Select language

  • no_NO
  • en_GB
  • de_DE


You are here:

Protecting the water resources

This is a crucial topic in the work of the Norwegian Hydropower Museum. Protecting the water resources means protection against the development of the watercourses. A watercourse is a connection of streams, rivers, lakes and glaciers.

Opovassdraget ved Låtefoss

The watercourse of the river Opo. Photo: Harald Hognerud NVIM




The watercourses have always had, and still have, several functions in Norway. These are; water supply, fishing, transport, timber floating, power production and recreation.

Opo-vassdraget nedre del mot Odda sentrum        Espelandsfossen i Opo-vassdraget i Odda        Vidfoss i Opo-vassdraget ved Hildal i Odda
The river Opo running through Odda. Two of the seven waterfalls feeding the river with water from the mountains; 
Espelandsfoss and Vidfoss. Photos: Harald Hognerud NVIM


Protection or development?

Norway is a water-country with its 4000 watercourses and 250 000 lakes. Around 387 watercourses are protected against power development. The majority of the electricity production in this country is based on hydropower. Norway has one of the highest cunsumption of electricity per inhabitant in the world.

The conflict between protection of watercourses and the use of the watercourses for power development, creates big dicussions in the society. In the 1970ies, and early in the 1980ies, there was a huge conflict concerning Mardøla- and Alta-watercourses development.



What is the protection plan for watercourses?

If a watercourse is protected, it means that it can not be given concession (permission) to any power development in this particular watercourse. The first protection plan for watercourses came in 1973. 387 watercourses are now protected by law against development. These watercourses constitute a representative section of watercourses in Norway.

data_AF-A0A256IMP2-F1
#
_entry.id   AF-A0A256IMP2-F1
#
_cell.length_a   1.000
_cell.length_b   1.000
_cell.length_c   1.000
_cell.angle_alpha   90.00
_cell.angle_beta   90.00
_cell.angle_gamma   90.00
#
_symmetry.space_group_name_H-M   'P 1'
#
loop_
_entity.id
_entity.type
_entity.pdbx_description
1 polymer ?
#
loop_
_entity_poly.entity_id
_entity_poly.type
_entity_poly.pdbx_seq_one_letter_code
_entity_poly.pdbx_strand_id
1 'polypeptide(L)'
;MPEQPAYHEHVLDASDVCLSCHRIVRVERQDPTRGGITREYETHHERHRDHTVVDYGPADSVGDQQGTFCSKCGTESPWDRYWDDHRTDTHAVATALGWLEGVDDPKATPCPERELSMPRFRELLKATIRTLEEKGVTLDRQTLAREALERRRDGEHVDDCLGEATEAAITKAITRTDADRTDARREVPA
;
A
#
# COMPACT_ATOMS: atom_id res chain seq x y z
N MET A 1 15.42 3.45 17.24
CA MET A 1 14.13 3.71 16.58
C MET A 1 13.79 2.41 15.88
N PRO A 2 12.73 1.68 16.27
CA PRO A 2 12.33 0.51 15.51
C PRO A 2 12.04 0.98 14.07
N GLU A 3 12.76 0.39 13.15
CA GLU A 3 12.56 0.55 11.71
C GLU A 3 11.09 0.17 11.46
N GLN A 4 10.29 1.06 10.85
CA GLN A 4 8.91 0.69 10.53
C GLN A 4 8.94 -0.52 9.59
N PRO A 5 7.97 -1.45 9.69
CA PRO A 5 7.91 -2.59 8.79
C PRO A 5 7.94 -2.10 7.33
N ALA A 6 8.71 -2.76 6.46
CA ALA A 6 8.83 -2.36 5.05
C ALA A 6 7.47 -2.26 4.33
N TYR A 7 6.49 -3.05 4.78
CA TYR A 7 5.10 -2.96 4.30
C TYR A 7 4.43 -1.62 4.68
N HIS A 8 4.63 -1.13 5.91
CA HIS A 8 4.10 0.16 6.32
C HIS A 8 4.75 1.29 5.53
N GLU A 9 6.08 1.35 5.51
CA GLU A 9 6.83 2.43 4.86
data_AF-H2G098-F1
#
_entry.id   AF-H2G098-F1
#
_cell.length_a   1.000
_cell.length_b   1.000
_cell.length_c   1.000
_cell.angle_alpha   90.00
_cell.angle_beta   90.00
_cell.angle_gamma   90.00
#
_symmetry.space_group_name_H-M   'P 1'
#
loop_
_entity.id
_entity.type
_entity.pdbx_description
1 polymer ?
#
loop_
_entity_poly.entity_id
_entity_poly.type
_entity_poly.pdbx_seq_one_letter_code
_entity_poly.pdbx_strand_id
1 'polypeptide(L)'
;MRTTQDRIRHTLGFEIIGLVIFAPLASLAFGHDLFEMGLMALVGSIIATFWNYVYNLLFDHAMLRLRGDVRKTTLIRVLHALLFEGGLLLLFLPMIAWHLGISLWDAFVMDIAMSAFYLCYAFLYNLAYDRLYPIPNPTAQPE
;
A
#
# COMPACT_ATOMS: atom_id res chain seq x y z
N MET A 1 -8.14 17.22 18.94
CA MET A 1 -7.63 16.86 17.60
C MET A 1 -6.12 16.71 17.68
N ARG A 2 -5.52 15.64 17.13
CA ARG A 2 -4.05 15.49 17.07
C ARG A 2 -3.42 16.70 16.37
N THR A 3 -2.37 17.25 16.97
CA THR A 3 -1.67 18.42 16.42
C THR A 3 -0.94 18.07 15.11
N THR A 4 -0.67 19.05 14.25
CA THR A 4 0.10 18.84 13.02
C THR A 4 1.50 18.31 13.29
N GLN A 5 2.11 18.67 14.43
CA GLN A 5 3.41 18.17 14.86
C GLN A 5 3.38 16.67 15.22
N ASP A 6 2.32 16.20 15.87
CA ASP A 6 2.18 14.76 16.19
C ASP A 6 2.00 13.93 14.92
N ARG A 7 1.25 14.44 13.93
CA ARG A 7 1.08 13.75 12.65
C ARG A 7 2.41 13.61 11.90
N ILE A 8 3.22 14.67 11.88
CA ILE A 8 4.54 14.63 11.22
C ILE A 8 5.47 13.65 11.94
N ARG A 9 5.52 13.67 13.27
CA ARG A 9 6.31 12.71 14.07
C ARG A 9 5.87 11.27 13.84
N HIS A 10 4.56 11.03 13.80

Why are watercourses being protected?

The reasons for this may be many. It may have a specific significance for natural sciences, spesific environmental qualities, significance for outdoor living, cultural heritage interests and more. Any power development in a protected watercourse is notifiable according to the law of waterresources. In addition to that, the stately Norwegian Water Department must approve all plans for development.


Protection of a watercourse is in this connection protection against development. The Government has however underlined that it might be necessary to protect watercourses also against other forms of interventions, if these are part in undermining the value of protection. Intervention of watercourses would be physical measures directely into the river or to the buffer zone along the watercourse. Examples would be construction of roads or bridges, water supply facilities or a massive exploit.


Låtefoss panorama

Låtefossen in the Opo-watercours. Photo: Harald Hognerud NVIM




Why was it necessary to originate a protection plan?

The effort to protect watercourses started around 1960. Norway was within a period of comprehensive hydropower development. It was crucial to originate a national plan to assure some of the nature around the watercourses to be left untouched.


Tysso I kraftverk på

Recommendation sent!

Your friend has been mailed an recommendation about this article.


Norwegian Museum of Hydropower and Industry

Naustbakken 7, 5770 Tyssedal
Phone: +47 53 65 00 50